Case in point—Barron’s Top Financial Advisors in Washington, DC.

In the District, there are 24 Top Advisors on this list. Each and every one works for one of 5 major brokerage firms. They may be great Financial Advisors, don’t get me wrong, but is there not a single financial advisor in Washington, DC who happens to be unaffiliated with a brokerage firm and has fiduciary status? According to Barron’s—no.

In all of Maryland, Virgina, and Washington, DC, Barron's named 78 on their Top Advisor Lists. Only three are fee-only fiduciaries; none at all in Maryland or DC. And of the 78 named, only 6 are women.

Why do I think I ranked on the list at all? And what’s keeping me from ranking higher? Barron’s doesn’t provide the exact ranking formula, so there’s no way to know for sure. I believe that our assets under management ($1.1 billion) likely qualifies us to make the state list. But what’s likely holding us back is the revenue figure. With an average fee less than 0.7%, I believe we just don’t charge enough to rank higher.

No top advisor list is perfect, and Barron’s gets many things right, including weeding out advisors with recent or egregious complaints. They also seem to make sure to cover lesser populated parts of the country.

I am pleased to be on their list as one of the few fee-only fiduciaries. And for my clients’ sake, I’ll gladly take the number 8 spot.

Why You Need To Give Your Employees A Day Off – To Think

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This article was originally published on Forbes on May 1st, 2018.   For companies looking to enhance engagement and improve employee culture, you need to consider implementing mandatory Thinking Days. It’s simple, easy, and low cost, but carries enormous benefits. Glassman Wealth Services first implemented “Thinking Days” more than six years ago (and wrote about it for Forbes back…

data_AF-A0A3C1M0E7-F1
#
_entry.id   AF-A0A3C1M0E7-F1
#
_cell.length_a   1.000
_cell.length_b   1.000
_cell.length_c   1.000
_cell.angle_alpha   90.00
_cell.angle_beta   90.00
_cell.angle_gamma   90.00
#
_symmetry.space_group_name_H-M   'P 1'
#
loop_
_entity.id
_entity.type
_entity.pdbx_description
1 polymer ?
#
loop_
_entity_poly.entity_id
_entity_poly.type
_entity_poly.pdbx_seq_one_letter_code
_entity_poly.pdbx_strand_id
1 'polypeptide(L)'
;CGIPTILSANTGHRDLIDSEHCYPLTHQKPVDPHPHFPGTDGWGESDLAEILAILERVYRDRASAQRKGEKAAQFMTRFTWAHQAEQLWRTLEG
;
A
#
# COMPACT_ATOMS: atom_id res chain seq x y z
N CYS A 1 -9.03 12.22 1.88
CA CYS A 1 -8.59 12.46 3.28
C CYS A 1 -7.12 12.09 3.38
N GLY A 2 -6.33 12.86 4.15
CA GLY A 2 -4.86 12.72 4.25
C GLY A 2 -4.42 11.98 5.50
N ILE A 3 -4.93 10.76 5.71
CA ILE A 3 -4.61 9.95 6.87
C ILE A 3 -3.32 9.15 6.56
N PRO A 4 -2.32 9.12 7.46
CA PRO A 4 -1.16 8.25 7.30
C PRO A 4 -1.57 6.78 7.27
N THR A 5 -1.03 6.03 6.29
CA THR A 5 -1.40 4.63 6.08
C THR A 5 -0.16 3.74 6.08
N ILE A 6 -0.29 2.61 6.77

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Here are a few lists of both Advisors and Firms that I believe use more valuable criteria when making their selection.

Washingtonian Top Financial Advisors

This list is based off peer review, which offers unique insight that quantitative measurements lack.

Our 2018 of the Top Financial Advisors in the DC/Virginia/Maryland Area.

I might be a bit biased for this list - after all, I made it. But it is my honest opinion of local advisors who I personally know and respect in the industry.

 

Best Place to Work

Washingtonian, the Washington Business Journal, and Inc. Magazine all publish a "Best Place to Work" list, based off of employee survey's, benefits offered, and firm initiatives. Although not specific to the financial industry, I believe it gives a lot of insight to a company and whether or not the firm is an environment that puts people above numbers.

Inc Magazine

Washingtonian

Washington Business Journal